Gastrocnemius medialis contractile behavior during running differs between simulated Lunar and Martian gravities

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Gastrocnemius medialis contractile behavior during running differs between simulated Lunar and Martian gravities. / Richter, Charlotte; Braunstein, Bjoern; Staeudle, Benjamin; Attias, Julia; Suess, Alexander; Weber, Tobias; Mileva, Katya N; Rittweger, Joern; Green, David A; Albracht, Kirsten.

in: Scientific Reports, Jahrgang 11, 22555, 19.11.2021, S. 1-13.

Publikationen: Beitrag in FachzeitschriftZeitschriftenaufsätzeForschungBegutachtung

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@article{080cb2f881444d54a35e8243a7a621f1,
title = "Gastrocnemius medialis contractile behavior during running differs between simulated Lunar and Martian gravities",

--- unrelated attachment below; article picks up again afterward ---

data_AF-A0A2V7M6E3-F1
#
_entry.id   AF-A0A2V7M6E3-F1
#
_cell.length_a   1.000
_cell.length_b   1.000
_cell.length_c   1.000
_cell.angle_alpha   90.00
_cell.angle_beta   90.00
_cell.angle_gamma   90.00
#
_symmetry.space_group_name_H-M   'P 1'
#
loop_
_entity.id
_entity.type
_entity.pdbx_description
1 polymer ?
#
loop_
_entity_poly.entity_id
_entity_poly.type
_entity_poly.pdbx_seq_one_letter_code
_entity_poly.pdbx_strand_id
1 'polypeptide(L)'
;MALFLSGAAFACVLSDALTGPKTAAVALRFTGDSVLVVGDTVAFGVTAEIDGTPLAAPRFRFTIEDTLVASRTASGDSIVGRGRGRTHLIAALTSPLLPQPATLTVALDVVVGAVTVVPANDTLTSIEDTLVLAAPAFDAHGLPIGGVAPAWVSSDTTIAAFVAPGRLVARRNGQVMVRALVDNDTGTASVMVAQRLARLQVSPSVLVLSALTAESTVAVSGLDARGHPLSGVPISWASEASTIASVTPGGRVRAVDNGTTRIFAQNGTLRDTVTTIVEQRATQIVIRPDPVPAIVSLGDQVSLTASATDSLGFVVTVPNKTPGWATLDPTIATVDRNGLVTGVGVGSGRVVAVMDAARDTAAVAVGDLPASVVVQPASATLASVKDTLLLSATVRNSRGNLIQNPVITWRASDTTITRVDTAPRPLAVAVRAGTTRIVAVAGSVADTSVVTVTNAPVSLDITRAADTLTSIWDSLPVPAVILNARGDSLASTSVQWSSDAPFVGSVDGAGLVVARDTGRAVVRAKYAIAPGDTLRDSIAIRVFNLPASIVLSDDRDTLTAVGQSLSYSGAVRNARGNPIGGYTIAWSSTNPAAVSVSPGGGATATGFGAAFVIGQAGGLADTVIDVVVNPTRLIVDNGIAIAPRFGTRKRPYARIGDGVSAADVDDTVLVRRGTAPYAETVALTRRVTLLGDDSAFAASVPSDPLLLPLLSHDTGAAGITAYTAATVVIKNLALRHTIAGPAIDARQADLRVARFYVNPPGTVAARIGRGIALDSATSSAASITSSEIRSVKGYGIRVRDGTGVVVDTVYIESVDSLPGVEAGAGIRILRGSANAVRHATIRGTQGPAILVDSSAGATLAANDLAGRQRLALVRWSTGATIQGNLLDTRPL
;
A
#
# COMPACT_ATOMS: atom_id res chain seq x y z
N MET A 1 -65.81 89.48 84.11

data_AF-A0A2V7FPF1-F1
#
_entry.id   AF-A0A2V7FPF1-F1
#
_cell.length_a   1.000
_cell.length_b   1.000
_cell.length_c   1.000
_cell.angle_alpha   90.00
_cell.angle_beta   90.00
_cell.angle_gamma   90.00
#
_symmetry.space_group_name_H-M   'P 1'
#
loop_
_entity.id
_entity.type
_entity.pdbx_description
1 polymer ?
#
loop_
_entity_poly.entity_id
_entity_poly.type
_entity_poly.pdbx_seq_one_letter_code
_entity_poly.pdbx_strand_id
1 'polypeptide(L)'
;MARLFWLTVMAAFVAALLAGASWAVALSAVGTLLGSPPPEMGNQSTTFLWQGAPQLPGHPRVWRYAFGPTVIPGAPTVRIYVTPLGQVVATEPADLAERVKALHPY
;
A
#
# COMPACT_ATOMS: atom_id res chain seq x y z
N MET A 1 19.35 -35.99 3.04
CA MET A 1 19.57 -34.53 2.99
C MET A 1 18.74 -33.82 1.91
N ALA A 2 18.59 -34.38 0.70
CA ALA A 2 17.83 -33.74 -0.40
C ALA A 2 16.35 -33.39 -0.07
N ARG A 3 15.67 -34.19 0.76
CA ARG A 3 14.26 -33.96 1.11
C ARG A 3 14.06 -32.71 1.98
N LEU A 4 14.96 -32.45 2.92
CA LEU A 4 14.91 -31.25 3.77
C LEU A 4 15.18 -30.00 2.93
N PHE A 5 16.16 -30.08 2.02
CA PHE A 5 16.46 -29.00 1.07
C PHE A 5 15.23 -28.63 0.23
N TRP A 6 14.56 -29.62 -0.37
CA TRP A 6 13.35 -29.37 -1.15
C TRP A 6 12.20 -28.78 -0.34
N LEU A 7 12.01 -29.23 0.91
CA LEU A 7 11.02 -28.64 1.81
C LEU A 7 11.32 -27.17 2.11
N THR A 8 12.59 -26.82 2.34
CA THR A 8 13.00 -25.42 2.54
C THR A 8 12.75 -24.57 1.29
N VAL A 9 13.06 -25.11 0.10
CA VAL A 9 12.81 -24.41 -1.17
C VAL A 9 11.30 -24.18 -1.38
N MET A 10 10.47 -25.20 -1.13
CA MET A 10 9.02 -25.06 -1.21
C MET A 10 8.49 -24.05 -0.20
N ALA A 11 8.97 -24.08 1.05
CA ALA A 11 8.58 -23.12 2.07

abstract = "The international partnership of space agencies has agreed to proceed forward to the Moon sustainably. Activities on the Lunar surface (0.16 g) will allow crewmembers to advance the exploration skills needed when expanding human presence to Mars (0.38 g). Whilst data from actual hypogravity activities are limited to the Apollo missions, simulation studies have indicated that ground reaction forces, mechanical work, muscle activation, and joint angles decrease with declining gravity level. However, these alterations in locomotion biomechanics do not necessarily scale to the gravity level, the reduction in gastrocnemius medialis activation even appears to level off around 0.2 g, while muscle activation pattern remains similar. Thus, it is difficult to predict whether gastrocnemius medialis contractile behavior during running on Moon will basically be the same as on Mars. Therefore, this study investigated lower limb joint kinematics and gastrocnemius medialis behavior during running at 1 g, simulated Martian gravity, and simulated Lunar gravity on the vertical treadmill facility. The results indicate that hypogravity-induced alterations in joint kinematics and contractile behavior still persist between simulated running on the Moon and Mars. This contrasts with the concept of a ceiling effect and should be carefully considered when evaluating exercise prescriptions and the transferability of locomotion practiced in Lunar gravity to Martian gravity.",